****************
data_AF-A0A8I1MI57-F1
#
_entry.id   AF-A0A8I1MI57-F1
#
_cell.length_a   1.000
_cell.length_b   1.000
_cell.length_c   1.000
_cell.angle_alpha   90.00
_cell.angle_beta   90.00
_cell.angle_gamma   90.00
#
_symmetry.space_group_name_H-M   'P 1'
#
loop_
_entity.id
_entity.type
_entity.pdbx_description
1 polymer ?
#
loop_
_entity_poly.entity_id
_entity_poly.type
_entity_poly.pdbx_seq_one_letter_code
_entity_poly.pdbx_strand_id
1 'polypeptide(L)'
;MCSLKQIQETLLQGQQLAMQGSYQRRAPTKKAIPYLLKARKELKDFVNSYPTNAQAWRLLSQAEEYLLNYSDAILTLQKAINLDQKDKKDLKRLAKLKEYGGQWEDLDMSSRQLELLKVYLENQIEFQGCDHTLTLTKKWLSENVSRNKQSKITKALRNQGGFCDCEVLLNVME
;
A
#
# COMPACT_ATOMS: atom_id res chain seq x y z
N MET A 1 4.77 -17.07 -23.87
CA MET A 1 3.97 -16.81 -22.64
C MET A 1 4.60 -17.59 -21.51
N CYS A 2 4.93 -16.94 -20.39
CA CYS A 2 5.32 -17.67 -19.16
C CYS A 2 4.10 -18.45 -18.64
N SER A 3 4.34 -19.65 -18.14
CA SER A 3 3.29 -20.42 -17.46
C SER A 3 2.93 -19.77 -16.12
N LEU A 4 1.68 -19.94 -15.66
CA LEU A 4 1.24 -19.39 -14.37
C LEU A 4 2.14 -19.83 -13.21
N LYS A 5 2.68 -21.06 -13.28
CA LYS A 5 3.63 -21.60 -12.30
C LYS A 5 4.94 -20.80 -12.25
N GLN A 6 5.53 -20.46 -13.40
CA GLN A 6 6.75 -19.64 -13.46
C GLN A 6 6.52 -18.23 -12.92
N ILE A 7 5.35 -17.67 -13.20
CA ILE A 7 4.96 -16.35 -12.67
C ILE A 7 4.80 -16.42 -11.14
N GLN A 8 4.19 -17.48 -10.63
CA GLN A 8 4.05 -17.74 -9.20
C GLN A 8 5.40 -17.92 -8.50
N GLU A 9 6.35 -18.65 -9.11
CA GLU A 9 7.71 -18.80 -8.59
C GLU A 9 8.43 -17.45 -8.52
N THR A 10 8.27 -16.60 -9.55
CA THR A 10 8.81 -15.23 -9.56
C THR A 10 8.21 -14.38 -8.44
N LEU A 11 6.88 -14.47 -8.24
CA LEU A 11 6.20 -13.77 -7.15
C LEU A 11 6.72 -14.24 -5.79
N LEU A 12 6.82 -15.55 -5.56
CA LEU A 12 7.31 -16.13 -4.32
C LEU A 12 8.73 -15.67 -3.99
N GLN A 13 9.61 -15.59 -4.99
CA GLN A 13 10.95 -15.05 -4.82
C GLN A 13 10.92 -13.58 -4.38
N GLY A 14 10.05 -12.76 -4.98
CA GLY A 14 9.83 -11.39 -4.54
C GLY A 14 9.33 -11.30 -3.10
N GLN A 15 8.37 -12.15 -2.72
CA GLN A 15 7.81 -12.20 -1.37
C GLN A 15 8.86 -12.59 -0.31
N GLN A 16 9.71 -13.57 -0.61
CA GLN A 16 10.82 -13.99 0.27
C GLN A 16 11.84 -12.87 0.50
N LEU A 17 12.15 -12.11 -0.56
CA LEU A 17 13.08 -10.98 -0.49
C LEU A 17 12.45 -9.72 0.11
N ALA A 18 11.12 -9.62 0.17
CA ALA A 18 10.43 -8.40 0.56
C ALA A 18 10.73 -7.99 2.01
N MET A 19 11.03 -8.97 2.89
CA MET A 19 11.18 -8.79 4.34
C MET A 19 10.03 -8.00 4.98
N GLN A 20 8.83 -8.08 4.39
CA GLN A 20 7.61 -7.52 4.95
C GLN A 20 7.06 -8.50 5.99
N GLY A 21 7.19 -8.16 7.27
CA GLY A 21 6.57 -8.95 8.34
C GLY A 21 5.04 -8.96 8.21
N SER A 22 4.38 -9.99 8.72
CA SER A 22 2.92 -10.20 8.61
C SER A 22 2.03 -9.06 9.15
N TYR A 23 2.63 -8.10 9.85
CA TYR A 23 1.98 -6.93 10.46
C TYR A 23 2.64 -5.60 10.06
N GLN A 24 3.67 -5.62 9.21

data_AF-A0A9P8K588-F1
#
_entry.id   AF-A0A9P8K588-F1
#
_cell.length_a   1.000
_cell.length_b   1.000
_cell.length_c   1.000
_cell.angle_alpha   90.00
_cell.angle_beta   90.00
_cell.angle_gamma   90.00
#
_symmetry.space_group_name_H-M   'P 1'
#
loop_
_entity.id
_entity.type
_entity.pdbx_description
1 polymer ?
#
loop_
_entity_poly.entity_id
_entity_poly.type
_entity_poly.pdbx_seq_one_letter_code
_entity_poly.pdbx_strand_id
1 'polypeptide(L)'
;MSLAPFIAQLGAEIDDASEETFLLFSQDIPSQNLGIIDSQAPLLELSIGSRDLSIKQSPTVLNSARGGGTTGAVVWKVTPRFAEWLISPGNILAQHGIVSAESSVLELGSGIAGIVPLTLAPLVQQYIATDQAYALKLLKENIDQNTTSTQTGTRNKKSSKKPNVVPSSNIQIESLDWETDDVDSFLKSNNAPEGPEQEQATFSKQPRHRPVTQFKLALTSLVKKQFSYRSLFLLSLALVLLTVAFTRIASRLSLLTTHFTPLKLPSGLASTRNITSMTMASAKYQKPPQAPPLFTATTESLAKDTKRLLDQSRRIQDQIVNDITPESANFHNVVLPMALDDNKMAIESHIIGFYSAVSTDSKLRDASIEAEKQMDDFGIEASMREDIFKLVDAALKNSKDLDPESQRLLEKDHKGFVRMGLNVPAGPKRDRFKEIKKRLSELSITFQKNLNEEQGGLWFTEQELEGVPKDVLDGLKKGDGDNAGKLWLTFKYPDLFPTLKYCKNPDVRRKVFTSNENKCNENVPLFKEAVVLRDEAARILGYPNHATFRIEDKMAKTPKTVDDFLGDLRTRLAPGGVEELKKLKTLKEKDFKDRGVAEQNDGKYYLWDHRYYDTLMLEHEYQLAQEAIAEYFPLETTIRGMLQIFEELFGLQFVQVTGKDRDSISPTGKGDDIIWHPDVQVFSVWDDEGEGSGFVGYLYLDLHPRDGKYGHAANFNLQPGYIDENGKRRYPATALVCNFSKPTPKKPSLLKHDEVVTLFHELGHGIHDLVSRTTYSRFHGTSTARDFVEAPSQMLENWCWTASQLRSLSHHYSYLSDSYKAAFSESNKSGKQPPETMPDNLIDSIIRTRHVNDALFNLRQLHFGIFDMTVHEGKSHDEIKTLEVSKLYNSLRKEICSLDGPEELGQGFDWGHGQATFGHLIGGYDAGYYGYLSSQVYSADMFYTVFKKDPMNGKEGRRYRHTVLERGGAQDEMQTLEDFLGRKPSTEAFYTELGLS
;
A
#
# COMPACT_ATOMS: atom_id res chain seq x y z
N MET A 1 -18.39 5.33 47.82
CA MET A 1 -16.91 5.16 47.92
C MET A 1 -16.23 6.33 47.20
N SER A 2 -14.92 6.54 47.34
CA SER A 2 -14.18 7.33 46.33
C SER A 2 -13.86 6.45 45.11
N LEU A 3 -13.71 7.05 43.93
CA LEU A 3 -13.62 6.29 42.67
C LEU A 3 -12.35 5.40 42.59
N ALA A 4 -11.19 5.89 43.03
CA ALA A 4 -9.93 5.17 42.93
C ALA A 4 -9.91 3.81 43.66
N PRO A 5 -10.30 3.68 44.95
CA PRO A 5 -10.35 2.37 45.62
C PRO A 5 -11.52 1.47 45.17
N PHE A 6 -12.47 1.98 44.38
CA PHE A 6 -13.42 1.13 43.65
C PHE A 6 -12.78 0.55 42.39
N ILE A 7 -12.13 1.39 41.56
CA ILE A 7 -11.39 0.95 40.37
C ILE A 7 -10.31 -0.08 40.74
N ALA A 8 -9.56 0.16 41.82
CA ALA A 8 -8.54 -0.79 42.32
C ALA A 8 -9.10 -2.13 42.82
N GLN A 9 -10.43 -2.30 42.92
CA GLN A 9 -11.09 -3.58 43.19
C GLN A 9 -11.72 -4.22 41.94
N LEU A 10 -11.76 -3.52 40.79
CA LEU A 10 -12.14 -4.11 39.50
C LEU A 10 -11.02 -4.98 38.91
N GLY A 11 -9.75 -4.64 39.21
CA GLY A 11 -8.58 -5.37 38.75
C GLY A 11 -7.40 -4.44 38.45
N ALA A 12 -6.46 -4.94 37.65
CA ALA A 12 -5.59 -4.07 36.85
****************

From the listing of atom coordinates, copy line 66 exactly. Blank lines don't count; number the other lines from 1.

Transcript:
C LEU A 12 8.73 -15.67 -3.99